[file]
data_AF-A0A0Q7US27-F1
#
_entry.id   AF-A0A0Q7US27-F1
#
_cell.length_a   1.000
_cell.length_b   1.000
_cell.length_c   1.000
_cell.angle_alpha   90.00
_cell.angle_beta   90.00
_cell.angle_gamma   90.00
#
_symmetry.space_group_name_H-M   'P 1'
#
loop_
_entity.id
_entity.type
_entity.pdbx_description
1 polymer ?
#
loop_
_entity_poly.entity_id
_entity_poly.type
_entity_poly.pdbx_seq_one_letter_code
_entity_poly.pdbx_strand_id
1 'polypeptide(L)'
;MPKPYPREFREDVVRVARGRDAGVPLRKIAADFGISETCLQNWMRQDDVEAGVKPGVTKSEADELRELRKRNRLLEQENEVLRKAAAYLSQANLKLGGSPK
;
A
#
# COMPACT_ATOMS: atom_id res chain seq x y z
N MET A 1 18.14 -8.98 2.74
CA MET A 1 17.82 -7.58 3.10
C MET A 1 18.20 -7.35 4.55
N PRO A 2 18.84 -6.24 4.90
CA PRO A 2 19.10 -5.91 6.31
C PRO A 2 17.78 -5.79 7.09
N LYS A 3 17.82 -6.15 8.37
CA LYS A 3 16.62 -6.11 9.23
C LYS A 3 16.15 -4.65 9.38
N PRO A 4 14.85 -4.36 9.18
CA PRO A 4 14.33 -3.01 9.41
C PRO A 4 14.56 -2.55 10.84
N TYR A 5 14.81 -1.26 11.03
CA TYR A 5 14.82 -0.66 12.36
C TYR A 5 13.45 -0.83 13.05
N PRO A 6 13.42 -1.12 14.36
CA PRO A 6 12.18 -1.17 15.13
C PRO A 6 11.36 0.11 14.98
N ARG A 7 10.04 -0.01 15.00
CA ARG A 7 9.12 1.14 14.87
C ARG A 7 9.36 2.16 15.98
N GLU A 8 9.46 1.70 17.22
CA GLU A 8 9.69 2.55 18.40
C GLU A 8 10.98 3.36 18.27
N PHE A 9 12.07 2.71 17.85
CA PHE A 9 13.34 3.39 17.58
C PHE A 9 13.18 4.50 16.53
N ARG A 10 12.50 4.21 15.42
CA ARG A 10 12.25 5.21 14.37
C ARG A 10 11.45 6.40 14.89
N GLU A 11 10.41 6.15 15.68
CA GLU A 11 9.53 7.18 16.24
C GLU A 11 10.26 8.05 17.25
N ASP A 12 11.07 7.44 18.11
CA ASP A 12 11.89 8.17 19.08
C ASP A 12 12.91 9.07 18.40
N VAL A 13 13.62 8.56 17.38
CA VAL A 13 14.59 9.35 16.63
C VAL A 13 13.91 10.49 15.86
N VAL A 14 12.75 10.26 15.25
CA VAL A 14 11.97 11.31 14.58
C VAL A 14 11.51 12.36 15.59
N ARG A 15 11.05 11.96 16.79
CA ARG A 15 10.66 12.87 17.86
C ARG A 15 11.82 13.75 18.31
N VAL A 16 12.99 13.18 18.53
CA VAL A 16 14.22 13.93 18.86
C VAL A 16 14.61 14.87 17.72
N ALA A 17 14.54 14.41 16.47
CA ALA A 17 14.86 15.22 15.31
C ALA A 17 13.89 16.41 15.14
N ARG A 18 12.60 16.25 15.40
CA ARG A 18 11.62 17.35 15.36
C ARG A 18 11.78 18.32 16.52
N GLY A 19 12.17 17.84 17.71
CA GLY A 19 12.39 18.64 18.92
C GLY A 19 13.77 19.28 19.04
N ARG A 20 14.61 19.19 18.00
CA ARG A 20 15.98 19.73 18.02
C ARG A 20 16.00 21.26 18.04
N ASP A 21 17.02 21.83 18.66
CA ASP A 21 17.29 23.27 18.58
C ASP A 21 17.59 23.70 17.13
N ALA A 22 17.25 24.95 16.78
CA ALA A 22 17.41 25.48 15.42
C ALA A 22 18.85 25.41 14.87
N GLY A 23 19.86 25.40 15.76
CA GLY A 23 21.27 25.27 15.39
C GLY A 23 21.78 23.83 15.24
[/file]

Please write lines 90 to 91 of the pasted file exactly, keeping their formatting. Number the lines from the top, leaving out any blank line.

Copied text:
C ARG A 20 16.00 21.26 18.04
N ASP A 21 17.02 21.83 18.66